…As for the various articles (that disappeared), these have not been found. This circumstance has been brought before the Civil Court here when a verdict was found in their favour (the first civil court case in the history of Australia).
I am sorry this charitable intention and action had been brought to this disagreeable issue, the more so because the public seemed to be interested in their welfare. The child is still living, of a weakly constitution, but a fine boy.
Your most Obedient and Humble Servant,
Making a New Life
The Kables coped well in the new land. Henry’s court victory may have brought him to the governor’s notice, although Kable later claimed also to have had influential letters of recommendation. There is even a claim made in Australia that Henry carried Governor Phillip through the surf on the day he first came ashore to the new land he was to govern. Whatever the truth, soon after these events, Governor Arthur Phillip appointed Henry Kabel an overseer. Three years later he was made a constable and nightwatchman, and a further three years service saw him elevated to chief constable. Sadly, he was dismissed from that post in 1802 for misbehaviour and conflict of interest, after being convicted for breaches of the port regulations and illegally buying and importing pigs from a visiting ship.
Nevertheless, Kabel’s business ventures did well and he became a shipowner, whaler, merchant and even a pub owner, running a tavern in George Street, Sydney, known as “The Ramping Horse” , which may have represented a link to Rampant Horse Street in Norwich. At his peak, he owned a fleet of 25 ships trading widely in the Pacific and to what is now Malaysia and China, bringing food to Australia and carrying its goods out. He also owned a significant amount of land and livestock at Windsor, near Sydney.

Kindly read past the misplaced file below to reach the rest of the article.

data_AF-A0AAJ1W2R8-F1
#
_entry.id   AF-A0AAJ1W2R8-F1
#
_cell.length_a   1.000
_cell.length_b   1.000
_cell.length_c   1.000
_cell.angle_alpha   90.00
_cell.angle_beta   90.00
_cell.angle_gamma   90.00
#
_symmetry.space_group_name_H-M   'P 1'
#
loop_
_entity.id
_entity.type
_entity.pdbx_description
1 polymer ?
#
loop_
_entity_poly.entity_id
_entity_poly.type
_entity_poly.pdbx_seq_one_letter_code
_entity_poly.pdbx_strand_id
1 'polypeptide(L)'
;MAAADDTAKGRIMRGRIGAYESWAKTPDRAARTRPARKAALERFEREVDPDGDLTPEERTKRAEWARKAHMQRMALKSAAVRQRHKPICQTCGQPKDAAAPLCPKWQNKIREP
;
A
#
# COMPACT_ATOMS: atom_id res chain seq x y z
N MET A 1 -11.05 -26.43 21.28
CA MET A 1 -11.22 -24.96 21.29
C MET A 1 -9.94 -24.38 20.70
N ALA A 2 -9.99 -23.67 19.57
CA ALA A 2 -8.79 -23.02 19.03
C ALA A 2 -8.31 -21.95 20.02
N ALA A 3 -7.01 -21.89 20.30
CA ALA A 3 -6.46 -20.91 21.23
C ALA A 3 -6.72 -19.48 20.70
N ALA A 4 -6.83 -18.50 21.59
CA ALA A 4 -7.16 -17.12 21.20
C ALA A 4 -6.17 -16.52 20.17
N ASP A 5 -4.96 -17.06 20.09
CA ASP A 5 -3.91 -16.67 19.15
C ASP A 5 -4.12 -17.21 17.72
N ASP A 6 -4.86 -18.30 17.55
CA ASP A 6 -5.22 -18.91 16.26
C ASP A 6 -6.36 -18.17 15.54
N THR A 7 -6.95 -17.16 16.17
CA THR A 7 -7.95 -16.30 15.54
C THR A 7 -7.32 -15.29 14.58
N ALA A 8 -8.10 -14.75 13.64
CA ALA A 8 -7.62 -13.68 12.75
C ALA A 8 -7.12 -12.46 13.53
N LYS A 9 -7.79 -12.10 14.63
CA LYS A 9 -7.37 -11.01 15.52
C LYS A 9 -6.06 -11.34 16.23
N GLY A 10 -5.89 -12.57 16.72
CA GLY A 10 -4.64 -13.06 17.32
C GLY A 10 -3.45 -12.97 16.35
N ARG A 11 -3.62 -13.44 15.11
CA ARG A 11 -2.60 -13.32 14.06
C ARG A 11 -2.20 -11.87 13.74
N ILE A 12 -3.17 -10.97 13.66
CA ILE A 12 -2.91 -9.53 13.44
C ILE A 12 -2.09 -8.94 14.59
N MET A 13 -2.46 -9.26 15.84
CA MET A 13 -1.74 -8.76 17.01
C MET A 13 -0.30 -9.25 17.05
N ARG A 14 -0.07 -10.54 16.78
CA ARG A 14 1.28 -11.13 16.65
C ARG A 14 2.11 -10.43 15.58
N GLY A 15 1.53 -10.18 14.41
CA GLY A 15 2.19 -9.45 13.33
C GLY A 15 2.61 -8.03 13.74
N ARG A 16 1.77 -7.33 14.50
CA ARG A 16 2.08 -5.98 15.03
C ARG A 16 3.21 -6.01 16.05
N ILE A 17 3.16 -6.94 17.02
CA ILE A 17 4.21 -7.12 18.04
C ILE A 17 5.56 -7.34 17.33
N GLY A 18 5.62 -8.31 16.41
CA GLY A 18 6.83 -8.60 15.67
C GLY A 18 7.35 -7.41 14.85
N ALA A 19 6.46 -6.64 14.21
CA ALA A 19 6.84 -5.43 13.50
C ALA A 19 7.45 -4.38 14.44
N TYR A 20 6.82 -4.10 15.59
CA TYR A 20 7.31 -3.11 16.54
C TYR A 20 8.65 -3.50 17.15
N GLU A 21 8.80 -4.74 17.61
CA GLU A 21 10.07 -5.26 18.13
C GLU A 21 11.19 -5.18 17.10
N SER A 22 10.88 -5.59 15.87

Susannah bore him 11 children, of whom no less than 10 survived to adulthood. Henry junior, the baby who had been carried to and fro some 700 miles across England by that sympathetic warder, later succeeded his father in the shipping business, becoming a ship’s captain himself.
Susannah Kable died on 8th November 1825, aged 63, but Henry, who was described as a farmer at Pitt Town in the 1828 census, survived her for twenty-one years and died on 16th March 1846 at the age of 84. Both are buried in the churchyard of St. Matthews’s Church, Windsor, NSW.
Their story has become part of Australia’s founding history and they are seen almost as ‘local royalty’ by many Australians today: not a bad outcome for two young criminals from East Anglia.
- Under English Common Law at the time, anyone convicted of a felony was deemed to have forfeited all civil rights. In effect, they were “dead” in the eyes of the civil law, so they could neither sue nor hold property nor exercise any other civil rights until pardoned. ↩
- Blackstone’s Commentaries on the Laws of England, I, 107 . It is known Phillips had a copy of this work with him. ↩
- Several commentators have assumed these books were “worthless” to Holmes and Kable, because they were illiterate. Then why take them halfway around the world? It is, I believe, a mistake to assume complete illiteracy at this time from anyone signing a document with “their mark”. Many labourers and the like sent their children to Sunday School, where they would be taught to read, at least sufficiently to the Bible. The additional skill of writing was not thought necessary. ↩
- Court of Civil Jurisdiction Proceedings, 1788–1814, State Records of New South Wales, 2/8147. ↩
- 67 ↩